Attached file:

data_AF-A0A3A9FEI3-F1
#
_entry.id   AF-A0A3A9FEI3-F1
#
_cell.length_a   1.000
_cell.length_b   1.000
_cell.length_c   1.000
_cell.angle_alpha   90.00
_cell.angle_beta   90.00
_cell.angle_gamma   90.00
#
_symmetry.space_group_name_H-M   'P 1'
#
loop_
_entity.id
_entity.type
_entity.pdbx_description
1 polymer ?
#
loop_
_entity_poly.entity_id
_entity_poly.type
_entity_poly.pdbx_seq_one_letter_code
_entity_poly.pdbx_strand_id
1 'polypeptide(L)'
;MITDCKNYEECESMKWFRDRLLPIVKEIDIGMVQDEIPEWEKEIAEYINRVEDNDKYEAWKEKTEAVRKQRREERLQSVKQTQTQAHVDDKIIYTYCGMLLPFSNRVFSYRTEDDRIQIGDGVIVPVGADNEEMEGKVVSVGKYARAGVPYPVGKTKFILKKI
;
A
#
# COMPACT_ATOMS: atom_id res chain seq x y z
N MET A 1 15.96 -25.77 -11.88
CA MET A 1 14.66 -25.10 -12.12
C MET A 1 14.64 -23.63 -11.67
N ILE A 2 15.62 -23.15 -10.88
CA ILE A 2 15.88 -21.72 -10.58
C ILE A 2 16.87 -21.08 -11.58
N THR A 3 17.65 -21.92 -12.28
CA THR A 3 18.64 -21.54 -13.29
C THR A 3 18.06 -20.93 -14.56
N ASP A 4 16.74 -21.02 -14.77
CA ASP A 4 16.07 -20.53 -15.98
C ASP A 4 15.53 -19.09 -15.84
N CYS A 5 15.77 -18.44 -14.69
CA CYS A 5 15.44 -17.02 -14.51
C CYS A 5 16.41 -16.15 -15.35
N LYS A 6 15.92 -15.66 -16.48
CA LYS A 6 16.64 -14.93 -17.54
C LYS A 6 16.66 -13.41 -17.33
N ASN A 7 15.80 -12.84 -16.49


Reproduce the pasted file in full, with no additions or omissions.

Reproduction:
data_AF-A0A3A9FEI3-F1
#
_entry.id   AF-A0A3A9FEI3-F1
#
_cell.length_a   1.000
_cell.length_b   1.000
_cell.length_c   1.000
_cell.angle_alpha   90.00
_cell.angle_beta   90.00
_cell.angle_gamma   90.00
#
_symmetry.space_group_name_H-M   'P 1'
#
loop_
_entity.id
_entity.type
_entity.pdbx_description
1 polymer ?
#
loop_
_entity_poly.entity_id
_entity_poly.type
_entity_poly.pdbx_seq_one_letter_code
_entity_poly.pdbx_strand_id
1 'polypeptide(L)'
;MITDCKNYEECESMKWFRDRLLPIVKEIDIGMVQDEIPEWEKEIAEYINRVEDNDKYEAWKEKTEAVRKQRREERLQSVKQTQTQAHVDDKIIYTYCGMLLPFSNRVFSYRTEDDRIQIGDGVIVPVGADNEEMEGKVVSVGKYARAGVPYPVGKTKFILKKI
;
A
#
# COMPACT_ATOMS: atom_id res chain seq x y z
N MET A 1 15.96 -25.77 -11.88
CA MET A 1 14.66 -25.10 -12.12
C MET A 1 14.64 -23.63 -11.67
N ILE A 2 15.62 -23.15 -10.88
CA ILE A 2 15.88 -21.72 -10.58
C ILE A 2 16.87 -21.08 -11.58
N THR A 3 17.65 -21.92 -12.28
CA THR A 3 18.64 -21.54 -13.29
C THR A 3 18.06 -20.93 -14.56
N ASP A 4 16.74 -21.02 -14.77
CA ASP A 4 16.07 -20.53 -15.98
C ASP A 4 15.53 -19.09 -15.84
N CYS A 5 15.77 -18.44 -14.69
CA CYS A 5 15.44 -17.02 -14.51
C CYS A 5 16.41 -16.15 -15.35
N LYS A 6 15.92 -15.66 -16.48
CA LYS A 6 16.64 -14.93 -17.54
C LYS A 6 16.66 -13.41 -17.33
N ASN A 7 15.80 -12.84 -16.49